More than 30,000 Florida felons who should not be allowed to vote remain registered to cast ballots in the upcoming presidential election, an investigation has found.
Of the felons who registered with a party, Democrats outnumber Republicans more than 2-to-1 in the key swing state, according to the South Florida Sun-Sentinel, which conducted the investigation.
Florida is one of 10 states that restrict felons from voting even after they have served their time. Felons are removed from voter rolls by state and county elections officials after they have been convicted, and can be put back on the rolls only if they win clemency to restore their voting rights.
The state eased restrictions in 2007 and granted automatic clemency to most nonviolent offenders who complete their sentences. But others, including those convicted of federal offenses, multiple felonies or crimes including drug trafficking, murder and sex charges, must still apply for clemency, the Sun-Sentinel explained.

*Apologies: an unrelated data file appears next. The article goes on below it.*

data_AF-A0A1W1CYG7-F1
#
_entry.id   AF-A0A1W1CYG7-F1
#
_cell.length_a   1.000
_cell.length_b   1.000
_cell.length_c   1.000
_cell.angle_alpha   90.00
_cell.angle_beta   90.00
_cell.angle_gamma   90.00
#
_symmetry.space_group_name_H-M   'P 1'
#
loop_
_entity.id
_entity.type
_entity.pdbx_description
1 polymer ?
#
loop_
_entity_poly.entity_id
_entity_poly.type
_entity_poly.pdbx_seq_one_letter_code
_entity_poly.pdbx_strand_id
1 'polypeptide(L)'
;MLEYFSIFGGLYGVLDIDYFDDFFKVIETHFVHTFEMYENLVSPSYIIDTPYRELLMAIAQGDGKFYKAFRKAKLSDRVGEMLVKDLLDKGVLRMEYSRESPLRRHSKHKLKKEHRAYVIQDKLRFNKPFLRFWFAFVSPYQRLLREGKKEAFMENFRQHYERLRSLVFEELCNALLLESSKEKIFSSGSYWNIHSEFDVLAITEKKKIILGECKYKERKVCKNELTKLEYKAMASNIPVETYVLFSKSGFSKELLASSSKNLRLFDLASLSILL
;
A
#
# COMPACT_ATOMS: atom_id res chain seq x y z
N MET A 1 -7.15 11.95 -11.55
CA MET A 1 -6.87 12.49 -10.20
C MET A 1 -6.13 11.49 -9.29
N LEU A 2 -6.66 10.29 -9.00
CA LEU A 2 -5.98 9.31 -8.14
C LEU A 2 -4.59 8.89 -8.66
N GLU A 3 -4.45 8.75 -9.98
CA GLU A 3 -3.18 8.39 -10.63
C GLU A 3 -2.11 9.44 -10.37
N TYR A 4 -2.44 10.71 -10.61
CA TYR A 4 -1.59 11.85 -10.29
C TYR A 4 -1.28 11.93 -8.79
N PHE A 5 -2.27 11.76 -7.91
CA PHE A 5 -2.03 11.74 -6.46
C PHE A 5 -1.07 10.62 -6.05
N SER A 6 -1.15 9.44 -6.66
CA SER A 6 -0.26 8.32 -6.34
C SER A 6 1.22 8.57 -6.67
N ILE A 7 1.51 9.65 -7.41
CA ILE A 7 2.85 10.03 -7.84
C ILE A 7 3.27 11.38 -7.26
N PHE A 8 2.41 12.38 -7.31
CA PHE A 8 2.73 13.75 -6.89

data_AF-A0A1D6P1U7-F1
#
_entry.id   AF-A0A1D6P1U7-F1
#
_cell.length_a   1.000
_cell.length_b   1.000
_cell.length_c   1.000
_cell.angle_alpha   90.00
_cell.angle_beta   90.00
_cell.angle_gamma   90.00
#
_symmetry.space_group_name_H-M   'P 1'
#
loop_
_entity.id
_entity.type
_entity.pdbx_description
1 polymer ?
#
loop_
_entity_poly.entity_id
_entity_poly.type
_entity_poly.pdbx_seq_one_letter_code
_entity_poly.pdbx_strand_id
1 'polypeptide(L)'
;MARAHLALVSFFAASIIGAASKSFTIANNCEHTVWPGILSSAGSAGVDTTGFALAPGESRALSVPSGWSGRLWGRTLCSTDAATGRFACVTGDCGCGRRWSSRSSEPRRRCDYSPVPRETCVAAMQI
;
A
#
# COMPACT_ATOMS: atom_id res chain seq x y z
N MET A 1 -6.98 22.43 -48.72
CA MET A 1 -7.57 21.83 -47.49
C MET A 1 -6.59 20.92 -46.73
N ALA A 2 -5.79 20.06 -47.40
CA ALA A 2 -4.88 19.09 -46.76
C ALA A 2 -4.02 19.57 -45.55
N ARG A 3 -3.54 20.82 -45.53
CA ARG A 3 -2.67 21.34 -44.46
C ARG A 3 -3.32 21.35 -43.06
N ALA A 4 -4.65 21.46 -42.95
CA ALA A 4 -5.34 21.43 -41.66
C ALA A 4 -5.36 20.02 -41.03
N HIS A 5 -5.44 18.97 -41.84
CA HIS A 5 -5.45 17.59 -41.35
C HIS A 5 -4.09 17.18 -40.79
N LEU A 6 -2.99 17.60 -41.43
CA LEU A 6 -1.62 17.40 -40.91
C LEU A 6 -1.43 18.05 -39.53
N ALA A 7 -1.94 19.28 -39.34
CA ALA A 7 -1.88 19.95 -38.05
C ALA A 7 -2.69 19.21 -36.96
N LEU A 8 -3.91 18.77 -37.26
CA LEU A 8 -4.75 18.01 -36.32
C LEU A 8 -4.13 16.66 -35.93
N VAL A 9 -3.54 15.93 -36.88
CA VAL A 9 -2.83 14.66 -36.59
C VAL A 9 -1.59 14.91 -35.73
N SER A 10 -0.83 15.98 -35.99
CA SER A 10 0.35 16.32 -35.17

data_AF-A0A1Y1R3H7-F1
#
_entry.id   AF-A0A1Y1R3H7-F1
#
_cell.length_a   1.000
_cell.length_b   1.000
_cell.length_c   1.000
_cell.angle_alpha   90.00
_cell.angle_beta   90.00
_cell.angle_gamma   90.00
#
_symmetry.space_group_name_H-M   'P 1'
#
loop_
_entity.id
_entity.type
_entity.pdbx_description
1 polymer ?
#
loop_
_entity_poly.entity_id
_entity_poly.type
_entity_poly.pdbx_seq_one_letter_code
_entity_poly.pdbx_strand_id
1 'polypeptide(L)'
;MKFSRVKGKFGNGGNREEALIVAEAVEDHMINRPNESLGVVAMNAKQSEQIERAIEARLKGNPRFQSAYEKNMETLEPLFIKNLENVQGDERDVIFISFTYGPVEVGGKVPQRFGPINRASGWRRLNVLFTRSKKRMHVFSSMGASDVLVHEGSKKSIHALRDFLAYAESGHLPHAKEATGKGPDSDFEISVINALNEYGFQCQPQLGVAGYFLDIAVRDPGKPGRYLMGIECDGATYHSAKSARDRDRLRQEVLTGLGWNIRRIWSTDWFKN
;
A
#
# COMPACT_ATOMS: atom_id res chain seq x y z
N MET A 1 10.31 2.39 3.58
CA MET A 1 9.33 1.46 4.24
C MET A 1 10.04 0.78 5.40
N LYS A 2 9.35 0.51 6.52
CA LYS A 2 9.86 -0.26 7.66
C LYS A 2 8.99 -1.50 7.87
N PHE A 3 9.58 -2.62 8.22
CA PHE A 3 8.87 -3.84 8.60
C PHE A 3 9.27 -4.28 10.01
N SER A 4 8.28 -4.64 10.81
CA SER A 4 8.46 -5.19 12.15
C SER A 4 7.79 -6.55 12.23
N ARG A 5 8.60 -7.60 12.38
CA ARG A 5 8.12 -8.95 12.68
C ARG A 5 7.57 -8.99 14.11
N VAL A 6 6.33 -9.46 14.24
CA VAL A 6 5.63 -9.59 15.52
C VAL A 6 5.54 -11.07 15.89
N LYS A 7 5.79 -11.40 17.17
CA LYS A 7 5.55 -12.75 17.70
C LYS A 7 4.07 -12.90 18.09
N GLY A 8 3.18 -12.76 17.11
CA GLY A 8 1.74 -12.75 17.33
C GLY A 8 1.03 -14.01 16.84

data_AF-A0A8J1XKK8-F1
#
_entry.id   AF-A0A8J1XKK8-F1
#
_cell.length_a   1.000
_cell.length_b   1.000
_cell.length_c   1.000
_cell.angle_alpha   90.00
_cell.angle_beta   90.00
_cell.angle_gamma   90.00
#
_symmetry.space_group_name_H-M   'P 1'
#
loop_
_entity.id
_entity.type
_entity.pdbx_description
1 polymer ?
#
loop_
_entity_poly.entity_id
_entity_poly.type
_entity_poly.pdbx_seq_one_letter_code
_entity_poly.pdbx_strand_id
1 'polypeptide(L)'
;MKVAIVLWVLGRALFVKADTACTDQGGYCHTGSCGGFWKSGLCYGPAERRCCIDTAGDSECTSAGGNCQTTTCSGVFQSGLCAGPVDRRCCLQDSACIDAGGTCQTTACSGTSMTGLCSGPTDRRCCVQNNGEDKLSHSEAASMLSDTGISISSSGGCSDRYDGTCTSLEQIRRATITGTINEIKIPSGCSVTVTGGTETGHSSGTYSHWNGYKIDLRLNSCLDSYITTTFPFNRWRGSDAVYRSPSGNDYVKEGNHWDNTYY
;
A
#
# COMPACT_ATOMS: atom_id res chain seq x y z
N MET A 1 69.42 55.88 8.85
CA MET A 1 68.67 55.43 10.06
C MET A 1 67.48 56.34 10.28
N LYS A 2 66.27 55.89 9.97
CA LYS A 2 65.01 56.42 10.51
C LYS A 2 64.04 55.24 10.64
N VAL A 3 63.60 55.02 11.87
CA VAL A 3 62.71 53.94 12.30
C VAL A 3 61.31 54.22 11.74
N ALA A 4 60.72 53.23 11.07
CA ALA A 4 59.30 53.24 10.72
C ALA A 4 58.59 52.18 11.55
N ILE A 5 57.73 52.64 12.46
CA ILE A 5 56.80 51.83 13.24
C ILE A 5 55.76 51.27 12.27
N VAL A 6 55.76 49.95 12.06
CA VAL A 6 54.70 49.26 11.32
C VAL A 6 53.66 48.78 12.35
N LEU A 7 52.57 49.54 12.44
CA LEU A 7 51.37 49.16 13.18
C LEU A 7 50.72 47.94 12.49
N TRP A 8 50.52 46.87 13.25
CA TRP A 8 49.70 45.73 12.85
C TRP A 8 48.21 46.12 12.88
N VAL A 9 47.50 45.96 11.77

The felons identified by the newspaper’s investigation did not receive clemency, but their names remain on Florida’s voting rolls.
Elections officials are required to conduct criminal records checks only after voters are added to the rolls, and it takes months or even years to remove ineligible voters, The Sun-Sentinel found.
“It’s scandalous, really,” Lance deHaven-Smith, professor of public policy at Florida State University, told The Sun-Sentinel.
“Why do they have to cull the rolls after they get registered? They shouldn’t get on the rolls in the first place.”
Florida’s elections chief, Secretary of State Kurt Browning, confirmed that his staff has not removed thousands of ineligible felons, and blamed the problem on a shortage of workers and a flood of new registrations in the state.
Of the 30,000-plus ineligible felons who are registered, about 5,600 are not likely to vote in November — they are still behind bars.
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